Throughout the war, Robert Bedell faithfully sent assigned pay home to his wife. As a Sergeant he earned as mush as $1.35 per day plus 15 cents daily Field Allowance plus $30 Permanent Force Allowance paid monthly when he was entitled to it. The rates varied as did his pay when his rank rose and fell, but he always sent home part of his pay plus the Permanent Force allowance he also received. A note in Bedell's pay records state that his separation allowance payee, i.e., his wife, in April 1918 "moved into Government Quarters from 1st April and commenced to draw rations, entitled to no further P.F. Allowance (dated 6 May 1918)." It is also noted that he had been receiving this allowance for some period when not entitled, resulting in an overpayment of the P.F. Allowance of $356 which had to be repaid. At the end of the War, On discharge from the CEF, Bedell was also entitled to a War Service Gratuity of $420.

Robert Bedell shows up in the records of The Royal Canadian Regiment in the post-war period through mentions in the regimental journals. The first occasion of this in surviving copies is an anecdote by Bedell's fellow bandsman Pte Henry Lewis "Chokey" Bright who served with the Regiment in the Permanent Force and as as soldier of the CEF. (PF 9582 / CEF 477106 Pte Henry Lewis "Chokey" Bright; TOS The RCR 13 Feb 1912)

The Connecting File, Vol VI, No. 4, December 1927

Mr. H.L. Bright, 1714 Charles St, Portsmouth, Ohio, USA, who served as a Bandsman in the Regiment during and after the late war, and known to his intimate friends as "Chokey", sent us in the following story in which ex-Band-Sergeant Bedell and himself figured as the principals.

Mr. Bright says "he is getting lonesome for news from his old comrades" and would be very pleased to receive a letter from any of them at the above address. Incidentally we would like to have the address of the other half of the story, "Bobby," if any of our old comrades know it.

Mr. Bright says that he and his family are in the best of health and that he is doing well financially.

"Silent Companions"

It was around Christmas, 1916. The Canadian Corps were occupying the Vimy Ridge Sector of the front, and at this time the incident occurred, The RCR was in billets at Viller-au-Bois. One day "Bobby" Bedell, our Band Sergeant and I received an invitation to attend a Smoking Concert given by a Supply Company (I think it was). So Bobby, armed with his cornet, and I, with my fiddle, started out, and eventually reached our objective which was located somewhere in the woods behind St. Eloi.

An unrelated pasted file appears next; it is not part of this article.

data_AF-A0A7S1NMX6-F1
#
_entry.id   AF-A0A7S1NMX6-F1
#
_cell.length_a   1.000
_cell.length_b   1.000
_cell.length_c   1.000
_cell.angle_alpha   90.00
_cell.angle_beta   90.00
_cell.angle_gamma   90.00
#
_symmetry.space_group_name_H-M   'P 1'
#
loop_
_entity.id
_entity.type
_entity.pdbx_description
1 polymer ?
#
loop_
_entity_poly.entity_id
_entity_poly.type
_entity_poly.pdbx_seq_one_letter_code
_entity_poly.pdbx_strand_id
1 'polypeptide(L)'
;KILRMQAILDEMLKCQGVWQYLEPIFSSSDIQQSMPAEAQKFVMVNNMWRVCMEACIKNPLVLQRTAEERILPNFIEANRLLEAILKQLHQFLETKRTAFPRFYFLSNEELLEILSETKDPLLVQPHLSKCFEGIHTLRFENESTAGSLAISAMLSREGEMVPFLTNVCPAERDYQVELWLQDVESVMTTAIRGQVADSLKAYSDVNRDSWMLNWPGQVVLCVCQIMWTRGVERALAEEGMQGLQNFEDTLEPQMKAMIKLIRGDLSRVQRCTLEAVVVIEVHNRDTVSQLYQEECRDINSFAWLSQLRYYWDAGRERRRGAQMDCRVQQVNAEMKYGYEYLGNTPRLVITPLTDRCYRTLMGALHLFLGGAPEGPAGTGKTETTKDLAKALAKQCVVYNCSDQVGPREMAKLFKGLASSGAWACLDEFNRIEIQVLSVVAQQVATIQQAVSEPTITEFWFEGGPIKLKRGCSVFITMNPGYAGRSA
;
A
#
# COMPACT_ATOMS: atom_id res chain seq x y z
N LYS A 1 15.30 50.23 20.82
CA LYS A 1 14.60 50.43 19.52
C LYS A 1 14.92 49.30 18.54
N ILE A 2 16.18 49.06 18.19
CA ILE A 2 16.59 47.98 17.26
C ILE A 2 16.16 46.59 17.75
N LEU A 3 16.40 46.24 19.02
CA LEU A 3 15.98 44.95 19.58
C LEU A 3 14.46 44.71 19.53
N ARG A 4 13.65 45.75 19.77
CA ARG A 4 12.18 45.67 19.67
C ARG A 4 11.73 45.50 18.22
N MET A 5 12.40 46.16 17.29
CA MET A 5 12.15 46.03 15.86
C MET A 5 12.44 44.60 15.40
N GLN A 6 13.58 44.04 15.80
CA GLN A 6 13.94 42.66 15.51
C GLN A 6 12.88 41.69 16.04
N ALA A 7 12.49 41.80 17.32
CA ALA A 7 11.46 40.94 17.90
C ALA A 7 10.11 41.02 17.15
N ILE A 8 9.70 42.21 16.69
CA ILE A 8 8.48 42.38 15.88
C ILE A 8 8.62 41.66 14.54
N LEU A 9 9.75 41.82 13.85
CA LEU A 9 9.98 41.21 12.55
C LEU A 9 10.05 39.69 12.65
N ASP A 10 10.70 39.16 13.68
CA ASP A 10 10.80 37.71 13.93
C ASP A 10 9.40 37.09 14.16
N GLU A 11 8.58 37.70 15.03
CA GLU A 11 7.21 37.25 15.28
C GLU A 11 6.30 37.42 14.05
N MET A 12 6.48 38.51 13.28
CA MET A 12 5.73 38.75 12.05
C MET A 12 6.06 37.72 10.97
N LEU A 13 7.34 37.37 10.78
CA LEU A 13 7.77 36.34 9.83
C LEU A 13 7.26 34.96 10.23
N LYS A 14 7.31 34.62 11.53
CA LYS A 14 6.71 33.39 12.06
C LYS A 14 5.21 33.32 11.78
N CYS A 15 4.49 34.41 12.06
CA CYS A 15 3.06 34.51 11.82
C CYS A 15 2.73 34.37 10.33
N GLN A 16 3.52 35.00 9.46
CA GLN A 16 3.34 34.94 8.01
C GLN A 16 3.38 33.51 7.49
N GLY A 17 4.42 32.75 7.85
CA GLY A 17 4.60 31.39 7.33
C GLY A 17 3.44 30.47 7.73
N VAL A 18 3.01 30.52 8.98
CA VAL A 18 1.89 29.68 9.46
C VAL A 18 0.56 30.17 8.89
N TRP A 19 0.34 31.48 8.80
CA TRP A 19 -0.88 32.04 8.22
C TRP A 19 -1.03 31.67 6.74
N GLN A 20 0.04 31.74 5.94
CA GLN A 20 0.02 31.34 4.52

The concert was a great success and the man who mixed the rum punch certainly knew his job. But every good thing has an ending and although we started out from out billets that afternoon—full of hope—we were returning—full of spirits—very full. We were being accompanied home by a Sergeant of the Princess Pats, who had great difficulty in keeping us in a straight path. We stopped for a rest, and Bobby fell down an embankment. The Pats' Sergeant with great difficulty got Bobby up, then I fell down the hill, and as our good friend was getting me up, Bobby again came rolling down. Just as the Sergeant was giving us up as hopeless, he espied a soldier standing near, who proved to be a friendly Traffic Control man and who helped to guide Bobby to a nearby hut and they decided to let him rest there for the night.

I managed to reach my billet in Villers-au-Bois safely. It appears that towards morning Bobby woke up feeling very cold and found that on either side of him were sleeping soldiers.

"Eh, Buddy, got a match?" said Bobby, nudging one of the forms next to him. Receiving no answer Bobby tried to ease the blanket from his companion. Something in the atmosphere caused Bobby to look more closely at his company and he found to his sorrow that they were past waking. He had been put in a morgue in the cemetery and during the night bodies had been brought down from the front line and were placed there for burial the next day. Bobby lost no time in getting out of that hut, but his troubles were not yet over. Dawn was just breaking and he saw an army of rats, thousands strong, running across the road. The experience was enough to drive an ordinary individual on the water wagon—but Bobby, hard shell crab that he is, was waiting at the estaminet as usual for the noon issue. The incident was never quite forgotten, and Bobby is never tired of relating the yarn when he finds someone who has not heard it.


On 1 Feb 1932, No. 12035 Sergeant Robert Bedell (late R.C.R.) is identified in General Order No. 17 of 1932 as a recipient of the Long Service and Good Conduct Medal. His award was also published in the regimental journal, the Connecting File Vol XI, No. 2, dated April 1932.

Robert Bedell was mentioned once more in the regimental journal, The Connecting File; Vol XVII, No. 1, dated January 1938, when it reported in the Old Comrades column that "Ex-Band Serjeant Robert Bedell is a patient in Westminster Hospital, London, Ont."

Pro Patria